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John E. Hoover: After Evans, is Tulsa’s next great QB President, Skipper … or both?

John E. Hoover: After Evans, is Tulsa’s next great QB President, Skipper … or both?

Tulsa quarterbacks Chad President (left) and Luke Skipper with TU coach Philip Montgomery during media day last week. (PHOTO: University of Tulsa media relations)

TULSA — Whichever quarterback Philip Montgomery chooses to run his offense at the University of Tulsa, Golden Hurricane fans wouldn’t mind seeing just a little bit more Dane Evans.

A 3 ½-year starter, Evans became the school’s all-time passing leader before moving on to the NFL. He has a three-year contract with the Philadelphia Eagles, and the traits he so often displayed at TU will serve him well in the pros.

It’d be nice, too, if some of those traits surfaced in Chad President and Luke Skipper.

They’re the candidates to replace Evans this season, guys who are similar in their skill set and yet different, guys who are green and raw and new and are scouring their memory banks to recall some of the intangible lessons they might have gleaned from Evans.

“I think his leadership,” President said. “Seeing him off campus, for sure, always doing the right things and taking care of himself first and foremost. And then shedding a light on the young quarterbacks. On the field, his mechanics, how he approached every day, how the ball came out of his hand. You try to implement that in your game. He can throw it with the best of ‘em.”

Tulsa quarterback Chad President (10) is tackled at SMU during a 2015 game in Dallas. (AP Photo/Jim Cowsert)

“Having a guy like that, a leader on and off the field, it’s awesome,” Skipper said. “So much stuff. What all did I learn? I learned just being able to be calm in the pocket when it’s hectic around you, just having a cool head on the sideline when stuff doesn’t go your way, when you throw a pick or what not, understanding how everybody’s looking at you, from the water people to the people in the crowd to the people on TV. Everybody’s looking at you. So you’ve got to be able to have a calm, cool and collected nature about you at all times.”

Being a successful quarterback requires more than just leadership. Eagle Scouts and Congressmen may be great leaders but that doesn’t mean they can hit an 18-yard comeback or direct a two-minute drill.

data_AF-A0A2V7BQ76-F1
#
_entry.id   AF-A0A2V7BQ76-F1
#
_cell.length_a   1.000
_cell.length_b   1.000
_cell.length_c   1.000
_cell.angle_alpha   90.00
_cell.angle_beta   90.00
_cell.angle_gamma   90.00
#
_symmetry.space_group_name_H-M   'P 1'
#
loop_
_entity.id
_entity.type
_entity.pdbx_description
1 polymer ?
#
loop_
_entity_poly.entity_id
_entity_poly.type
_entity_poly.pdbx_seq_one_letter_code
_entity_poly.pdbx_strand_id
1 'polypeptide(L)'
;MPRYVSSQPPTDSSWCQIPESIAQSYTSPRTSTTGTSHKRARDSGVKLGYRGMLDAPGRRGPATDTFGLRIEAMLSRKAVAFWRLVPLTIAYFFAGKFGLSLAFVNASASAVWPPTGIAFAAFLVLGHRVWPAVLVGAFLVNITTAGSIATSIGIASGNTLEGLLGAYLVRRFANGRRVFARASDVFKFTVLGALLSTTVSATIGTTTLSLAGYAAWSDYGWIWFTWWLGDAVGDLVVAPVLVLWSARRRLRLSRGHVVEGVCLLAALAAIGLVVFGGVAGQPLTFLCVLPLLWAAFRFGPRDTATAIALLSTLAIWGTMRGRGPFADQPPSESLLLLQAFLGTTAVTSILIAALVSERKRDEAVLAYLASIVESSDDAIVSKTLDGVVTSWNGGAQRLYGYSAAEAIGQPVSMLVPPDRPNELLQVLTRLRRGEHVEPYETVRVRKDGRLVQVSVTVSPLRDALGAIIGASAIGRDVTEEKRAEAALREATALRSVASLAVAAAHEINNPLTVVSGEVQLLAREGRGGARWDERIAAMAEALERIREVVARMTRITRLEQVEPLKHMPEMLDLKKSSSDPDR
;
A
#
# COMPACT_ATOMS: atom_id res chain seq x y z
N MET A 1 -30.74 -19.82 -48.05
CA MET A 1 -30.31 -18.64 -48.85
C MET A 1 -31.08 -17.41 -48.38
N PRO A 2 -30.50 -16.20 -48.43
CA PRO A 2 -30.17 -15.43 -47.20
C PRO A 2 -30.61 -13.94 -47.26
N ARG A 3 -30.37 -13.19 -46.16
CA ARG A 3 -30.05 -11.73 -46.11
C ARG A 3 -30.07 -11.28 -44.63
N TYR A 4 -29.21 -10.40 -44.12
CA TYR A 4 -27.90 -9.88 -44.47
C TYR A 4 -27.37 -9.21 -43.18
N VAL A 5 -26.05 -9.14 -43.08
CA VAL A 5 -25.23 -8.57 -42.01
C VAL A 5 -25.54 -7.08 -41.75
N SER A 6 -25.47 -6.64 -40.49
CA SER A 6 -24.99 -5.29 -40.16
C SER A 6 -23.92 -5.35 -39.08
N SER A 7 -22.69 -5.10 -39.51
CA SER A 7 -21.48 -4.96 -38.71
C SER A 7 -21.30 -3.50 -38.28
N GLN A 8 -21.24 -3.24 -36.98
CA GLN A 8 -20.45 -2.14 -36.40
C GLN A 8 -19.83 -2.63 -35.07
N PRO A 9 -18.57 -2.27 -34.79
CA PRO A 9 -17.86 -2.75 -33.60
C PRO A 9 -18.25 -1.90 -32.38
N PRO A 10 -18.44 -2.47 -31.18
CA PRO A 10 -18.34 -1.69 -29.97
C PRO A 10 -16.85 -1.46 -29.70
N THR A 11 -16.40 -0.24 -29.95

Tuning into Montgomery’s message, then, is crucial for whoever emerges. Montgomery is something of a quarterback whisperer, having developed Kevin Kolb and Case Keenum at Houston and Robert Griffin III, Nick Florence and Bryce Petty at Baylor. Oh, and Evans. That’s a group that produced a lot of yards, a lot of touchdowns (Keenum is the NCAA’s all-time leader) and a lot of wins — and even a Heisman Trophy.

And, as TU fans might hope, one of the first messages Montgomery tries to deliver to his new QBs is about Dane Evans.

As in, don’t try to be Dane Evans. Be yourself.

“Those guys don’t have to replace Dane,” Montgomery said. “One of those guys is gonna take over. We’re gonna grow offensively. I don’t want them to feel like they’ve got to fill those shoes. They’ve got to make this position theirs.

“I think when you approach it that way, whether you’re replacing a Heisman Trophy winner or a guy that set the career passing yards here, you can’t take on the job saying, ‘I’ve got to fit into this mold and what he did.’ You’ve just got to figure out your niche and how the offense is gonna work around you.”

The 6-foot-2, 226-pound President, a third-year sophomore from Temple, Texas, is compelling because he was offered a spot to play wide receiver at Texas Tech, but he wanted to be a college quarterback. Eventually, he got an offer from Montgomery at Baylor and committed to the Bears. But five days after Montgomery took the TU job, President flipped his verbal pledge to Tulsa.